The startup playbook says you should offer products free and hope a small percentage become paying customers. Tyler Nichols says that doesn't work.
In his Weblog, Nichols recounts his experience with his Letter from Santa site. Over 120,000 unique visitors created 50,000 plus free letters to kids. Paying customers received a higher resolution letter, a personalized envelope, and a door hanger for a price which can't be found on the site since it's past the season. Nichols put up a complete FAQ to answer questions.
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Results? Nichols found free customers are higher maintenance and more demanding than the paying customers. 20 or so paying customers asked questions while "hundreds" of free ones did. And when following up, paying customers never flagged his emails as spam, while many free customers did, and complained. Nichols finishes by planning to do away with the free model and focus on paying customers only.
The values in the freemium model has depreciated.d_rwin on news.ycombinator.com
If a site has a free plan, try it. If I have to upgrade to a paid plan to do something I need to, find another competitor with a better free plan, or adjust how I’m using it to stay with the free plan.Jeff Schmitz on tylernichols.com
The percentage of users that convert should be a closely watched metric that is very important to any freemium business.blantoni on news.ycombinator.com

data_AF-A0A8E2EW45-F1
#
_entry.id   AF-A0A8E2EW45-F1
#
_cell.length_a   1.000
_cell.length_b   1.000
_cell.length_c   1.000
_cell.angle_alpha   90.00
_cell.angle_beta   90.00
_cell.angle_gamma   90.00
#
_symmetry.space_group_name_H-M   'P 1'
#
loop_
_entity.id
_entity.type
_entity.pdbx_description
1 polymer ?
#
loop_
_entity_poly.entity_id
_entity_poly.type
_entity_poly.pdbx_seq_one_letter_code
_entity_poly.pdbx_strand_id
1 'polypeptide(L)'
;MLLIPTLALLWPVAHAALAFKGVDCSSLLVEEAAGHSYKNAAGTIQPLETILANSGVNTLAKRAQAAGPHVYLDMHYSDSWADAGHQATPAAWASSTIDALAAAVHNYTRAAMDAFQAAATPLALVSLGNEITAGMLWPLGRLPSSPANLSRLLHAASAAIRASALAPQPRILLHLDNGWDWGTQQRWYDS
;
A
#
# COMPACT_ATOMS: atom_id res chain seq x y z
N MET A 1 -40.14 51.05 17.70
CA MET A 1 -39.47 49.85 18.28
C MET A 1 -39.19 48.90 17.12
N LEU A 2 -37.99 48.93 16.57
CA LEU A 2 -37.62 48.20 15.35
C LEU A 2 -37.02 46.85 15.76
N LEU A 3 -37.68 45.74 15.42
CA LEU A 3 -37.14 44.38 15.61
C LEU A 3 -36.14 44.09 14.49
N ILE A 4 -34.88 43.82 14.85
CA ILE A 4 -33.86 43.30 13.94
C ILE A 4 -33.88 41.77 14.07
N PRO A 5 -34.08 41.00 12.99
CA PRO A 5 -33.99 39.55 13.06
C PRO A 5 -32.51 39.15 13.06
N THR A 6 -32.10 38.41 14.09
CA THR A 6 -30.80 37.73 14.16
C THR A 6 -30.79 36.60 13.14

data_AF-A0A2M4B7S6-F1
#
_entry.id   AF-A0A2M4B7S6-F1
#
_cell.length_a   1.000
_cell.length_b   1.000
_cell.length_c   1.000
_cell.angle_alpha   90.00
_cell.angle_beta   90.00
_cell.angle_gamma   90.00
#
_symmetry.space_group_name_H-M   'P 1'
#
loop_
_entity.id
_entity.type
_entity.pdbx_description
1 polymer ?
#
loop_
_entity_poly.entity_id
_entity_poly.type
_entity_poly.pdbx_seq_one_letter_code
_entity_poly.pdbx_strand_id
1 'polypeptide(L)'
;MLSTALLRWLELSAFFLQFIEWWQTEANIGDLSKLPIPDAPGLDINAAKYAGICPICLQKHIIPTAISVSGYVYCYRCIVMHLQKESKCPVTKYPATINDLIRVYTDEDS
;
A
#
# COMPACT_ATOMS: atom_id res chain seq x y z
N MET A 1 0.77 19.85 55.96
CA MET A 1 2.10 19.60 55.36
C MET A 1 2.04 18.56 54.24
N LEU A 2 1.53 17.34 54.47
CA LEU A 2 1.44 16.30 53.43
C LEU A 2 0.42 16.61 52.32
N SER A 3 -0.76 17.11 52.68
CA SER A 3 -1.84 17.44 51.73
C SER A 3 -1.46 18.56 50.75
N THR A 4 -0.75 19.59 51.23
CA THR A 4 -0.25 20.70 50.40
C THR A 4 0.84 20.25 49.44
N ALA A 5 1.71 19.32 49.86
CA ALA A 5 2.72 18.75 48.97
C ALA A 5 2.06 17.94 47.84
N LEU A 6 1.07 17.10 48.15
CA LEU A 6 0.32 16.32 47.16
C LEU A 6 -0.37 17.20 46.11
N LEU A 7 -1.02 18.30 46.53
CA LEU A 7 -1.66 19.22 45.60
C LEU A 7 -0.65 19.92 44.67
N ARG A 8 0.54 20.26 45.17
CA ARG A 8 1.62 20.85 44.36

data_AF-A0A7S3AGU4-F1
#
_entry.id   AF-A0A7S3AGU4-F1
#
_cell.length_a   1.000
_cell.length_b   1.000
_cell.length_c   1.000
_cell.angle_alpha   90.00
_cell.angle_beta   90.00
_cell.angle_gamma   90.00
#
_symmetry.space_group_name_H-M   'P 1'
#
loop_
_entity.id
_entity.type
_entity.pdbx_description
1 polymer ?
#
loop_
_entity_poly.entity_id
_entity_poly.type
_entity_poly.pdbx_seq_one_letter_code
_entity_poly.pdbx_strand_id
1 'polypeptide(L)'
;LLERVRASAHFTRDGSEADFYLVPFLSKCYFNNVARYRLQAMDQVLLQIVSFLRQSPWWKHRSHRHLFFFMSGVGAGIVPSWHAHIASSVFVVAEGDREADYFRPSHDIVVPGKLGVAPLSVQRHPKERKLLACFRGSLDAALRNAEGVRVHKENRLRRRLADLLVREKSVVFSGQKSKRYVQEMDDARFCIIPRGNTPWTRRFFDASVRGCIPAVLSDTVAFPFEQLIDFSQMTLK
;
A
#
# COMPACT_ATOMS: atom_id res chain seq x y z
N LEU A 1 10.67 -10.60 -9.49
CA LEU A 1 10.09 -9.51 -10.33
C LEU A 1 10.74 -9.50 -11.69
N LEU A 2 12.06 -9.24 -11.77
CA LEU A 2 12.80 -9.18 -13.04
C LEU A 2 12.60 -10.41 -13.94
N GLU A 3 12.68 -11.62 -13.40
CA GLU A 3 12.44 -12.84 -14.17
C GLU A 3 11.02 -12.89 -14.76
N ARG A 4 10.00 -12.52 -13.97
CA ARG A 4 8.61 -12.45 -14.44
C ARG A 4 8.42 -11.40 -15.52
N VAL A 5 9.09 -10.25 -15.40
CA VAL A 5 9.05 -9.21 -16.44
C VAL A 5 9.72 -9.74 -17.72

You don't understand
What matters is the total number of people paying you, not what percentage of your users that fraction represents.pg on news.ycombinator.com
Just my 2 cents, but I think your site could actually work well for freemium if you change your strategy slightly. Easter bunny could be a good lab-rat for next years santa rush.Robin on tylernichols.com
But yes, the free model can succeed largely with services that offer some enterprise grade solutions. It can work for WordPress because millions of professional bloggers use the platform. It can’t be quite as useful for Christmas Santa app.Puranjay on startupdispatch.com
Don’t give up. Try another risk reversal strategy instead of freemium – eg. 30 day money back guarantee.Paul on tylernichols.com
Users don't understand
I too have found huge problems with those using aol.com simply clicking “Spam” to clear out their mailbox.Brandon on tylernichols.com
There's a lot of money to be made in freemium, but you can't approach it so recklessly.Shenglong on news.ycombinator.com
If you still follow the freemium model, what percentage of paying customers do you need to make a profit?